All Souls Church
1500 Harvard St., NW
Washington, DC 20009
$25/seat for Balcony seating
$50/seat for Main Floor seating
10th Annual National Organizers' Conference registrants receive FREE admission to the Simon Shaheen Benefit Concert.
All proceeds from this benefit concert directly support the work of the US Campaign to End the Israeli Occupation.
Simon Shaheen dazzles his listeners as he deftly leaps from traditional Arabic sounds to jazz and Western classical styles. His soaring technique, melodic ingenuity, and unparalleled grace have earned him international acclaim as a virtuoso on the ‘oud and violin.
Shaheen is one of the most significant Arab musicians, performers, and composers of his generation. His work incorporates and reflects a legacy of Arabic music, while it forges ahead to new frontiers, embracing many different styles in the process. This unique contribution to the world of arts was recognized in 1994 when Shaheen was honored with the prestigious National Heritage Award at the White House.
In the 1990s he released four albums of his own: Saltanah (Water Lily Acoustics), Turath (CMP), Taqasim (Lyrichord), and Simon Shaheen: The Music of Mohamed Abdel Wahab (Axiom), while also contributing cuts to producer Bill Laswell’s fusion collective, Hallucination Engine (Island). He has contributed selections to soundtracks for The Sheltering Sky and Malcolm X, among others, and has composed the entire soundtrack for the United Nations–sponsored documentary, For Everyone Everywhere. Broadcast globally in December 1998, this film celebrated the 50th anniversary of the United Nations Human Rights Charter.
But perhaps his greatest success has come with Blue Flame (ARK21, 2001), where he leads his group, Qantara, on a labyrinthian journey through the world of fusion music to discover the heart of the Middle East. The album has been nominated for eleven Grammy Awards, and the band’s performances have been called “glorious.”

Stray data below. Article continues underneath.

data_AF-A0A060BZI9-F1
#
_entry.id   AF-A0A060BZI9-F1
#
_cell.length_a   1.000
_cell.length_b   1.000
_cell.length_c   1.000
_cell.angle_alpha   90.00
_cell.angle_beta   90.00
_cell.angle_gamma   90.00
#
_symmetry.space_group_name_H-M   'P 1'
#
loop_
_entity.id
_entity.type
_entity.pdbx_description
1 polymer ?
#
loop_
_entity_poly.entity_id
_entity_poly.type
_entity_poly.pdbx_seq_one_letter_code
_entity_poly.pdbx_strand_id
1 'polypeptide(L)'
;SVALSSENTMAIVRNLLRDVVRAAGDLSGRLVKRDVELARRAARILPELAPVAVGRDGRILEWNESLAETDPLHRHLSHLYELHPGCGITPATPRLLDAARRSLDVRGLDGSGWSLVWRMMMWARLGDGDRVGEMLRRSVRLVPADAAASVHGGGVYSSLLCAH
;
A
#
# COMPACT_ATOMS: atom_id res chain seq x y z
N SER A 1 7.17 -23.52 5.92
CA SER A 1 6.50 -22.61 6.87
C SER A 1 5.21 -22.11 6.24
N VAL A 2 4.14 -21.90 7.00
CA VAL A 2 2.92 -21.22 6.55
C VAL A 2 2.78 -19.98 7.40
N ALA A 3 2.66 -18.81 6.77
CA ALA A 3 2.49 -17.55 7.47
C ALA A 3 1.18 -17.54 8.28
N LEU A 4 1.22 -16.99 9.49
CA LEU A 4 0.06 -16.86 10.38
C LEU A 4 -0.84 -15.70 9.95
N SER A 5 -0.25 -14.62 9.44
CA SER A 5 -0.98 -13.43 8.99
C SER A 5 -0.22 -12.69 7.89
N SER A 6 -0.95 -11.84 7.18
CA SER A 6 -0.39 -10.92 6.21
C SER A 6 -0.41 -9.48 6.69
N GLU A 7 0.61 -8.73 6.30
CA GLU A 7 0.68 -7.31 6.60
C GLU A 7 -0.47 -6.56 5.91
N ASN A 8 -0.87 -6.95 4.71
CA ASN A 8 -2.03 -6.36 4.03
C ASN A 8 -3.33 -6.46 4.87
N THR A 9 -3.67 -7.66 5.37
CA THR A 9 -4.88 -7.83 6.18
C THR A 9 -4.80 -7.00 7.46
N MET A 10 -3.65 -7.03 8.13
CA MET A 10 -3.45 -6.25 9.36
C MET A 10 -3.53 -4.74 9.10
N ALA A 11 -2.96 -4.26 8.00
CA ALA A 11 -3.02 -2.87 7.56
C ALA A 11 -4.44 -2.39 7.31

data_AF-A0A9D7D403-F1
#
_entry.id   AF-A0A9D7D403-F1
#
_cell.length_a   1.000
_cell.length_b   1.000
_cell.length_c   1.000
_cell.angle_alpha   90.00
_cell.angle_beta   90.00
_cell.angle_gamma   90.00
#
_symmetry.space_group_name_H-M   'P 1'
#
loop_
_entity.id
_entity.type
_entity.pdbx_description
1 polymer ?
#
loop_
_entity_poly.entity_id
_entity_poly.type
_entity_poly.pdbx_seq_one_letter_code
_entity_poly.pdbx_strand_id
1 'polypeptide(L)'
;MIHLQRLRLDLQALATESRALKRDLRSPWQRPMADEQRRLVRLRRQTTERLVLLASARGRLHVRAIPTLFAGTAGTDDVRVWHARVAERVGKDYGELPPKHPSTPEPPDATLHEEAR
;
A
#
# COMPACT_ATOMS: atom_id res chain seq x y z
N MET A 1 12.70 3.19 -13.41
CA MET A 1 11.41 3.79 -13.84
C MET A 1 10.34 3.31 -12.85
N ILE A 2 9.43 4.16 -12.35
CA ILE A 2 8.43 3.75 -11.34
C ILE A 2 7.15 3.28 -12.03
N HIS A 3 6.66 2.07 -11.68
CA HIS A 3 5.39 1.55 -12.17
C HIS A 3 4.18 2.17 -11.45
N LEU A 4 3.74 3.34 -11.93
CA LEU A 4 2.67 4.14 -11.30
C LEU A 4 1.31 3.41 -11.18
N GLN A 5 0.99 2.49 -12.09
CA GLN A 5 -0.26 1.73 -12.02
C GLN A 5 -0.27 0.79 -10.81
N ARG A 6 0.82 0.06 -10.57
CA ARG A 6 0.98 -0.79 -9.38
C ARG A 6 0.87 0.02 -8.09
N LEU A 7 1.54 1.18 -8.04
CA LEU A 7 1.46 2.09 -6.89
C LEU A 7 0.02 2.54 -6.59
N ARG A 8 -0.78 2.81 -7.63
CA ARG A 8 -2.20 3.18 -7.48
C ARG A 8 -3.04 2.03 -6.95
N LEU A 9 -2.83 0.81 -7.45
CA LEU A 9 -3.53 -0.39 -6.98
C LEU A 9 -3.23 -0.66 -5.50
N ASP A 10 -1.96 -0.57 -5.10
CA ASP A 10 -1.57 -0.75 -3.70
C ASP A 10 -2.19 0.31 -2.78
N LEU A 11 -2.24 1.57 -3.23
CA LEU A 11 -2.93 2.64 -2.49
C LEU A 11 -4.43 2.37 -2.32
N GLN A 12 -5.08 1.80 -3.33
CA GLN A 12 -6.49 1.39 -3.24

A Palestinian, born in the village of Tarshiha in the Galilee, Shaheen’s childhood was steeped in music. His father, Hikmat Shaheen, was a professor of music and a master ‘oud player. “Learning to play on the ‘oud from my father was the most powerful influence in my musical life,” Shaheen recalls. He began playing on the ‘oud at the age of five, and a year later studying violin at the Conservatory for Western Classical Music in Haifa. “When I held and played these instruments, they felt like an extension of my arms.”
During the Clinton administration, Shaheen served on the Presidential Committee at the John F. Kennedy Center for the Performing Arts. Recently, he was honored by Governor Corzine with the New Jersey Heritage Award and by Berklee College of Music in Boston for his many contributions to the advancement of international understanding, goodwill and education.
Early in 2009, Shaheen toured with his project, “Aswat,” in the USA performing in twelve top concert halls. The tour included four leading traditional singers from the Arab World as well as an ensemble of twenty musicians. “Aswat” reflected on film music from the first half of the 20th century particularly in Egypt and Lebanon. He also has been touring and performing his oud concerto, which was commissioned by the Detroit Symphony Orchestra and premiered in Detroit in October of 2008.
Shaheen founded the Annual Arabic Music Retreat in 1997. Held each summer at Mount Holyoke College, this weeklong intensive program of Arabic music studies draws participants from the U.S. and abroad. In Palestine, Shaheen conducts an annual weeklong music workshop designed for gifted children.
For the past six years, though, Shaheen has focused on Qantara. The band, whose name means arch in Arabic, brings to life Shaheen’s vision for the unbridled fusion of Arab, jazz, Western classical, and Latin American music, a perfect alchemy for music to transcend the boundaries of genre and geography.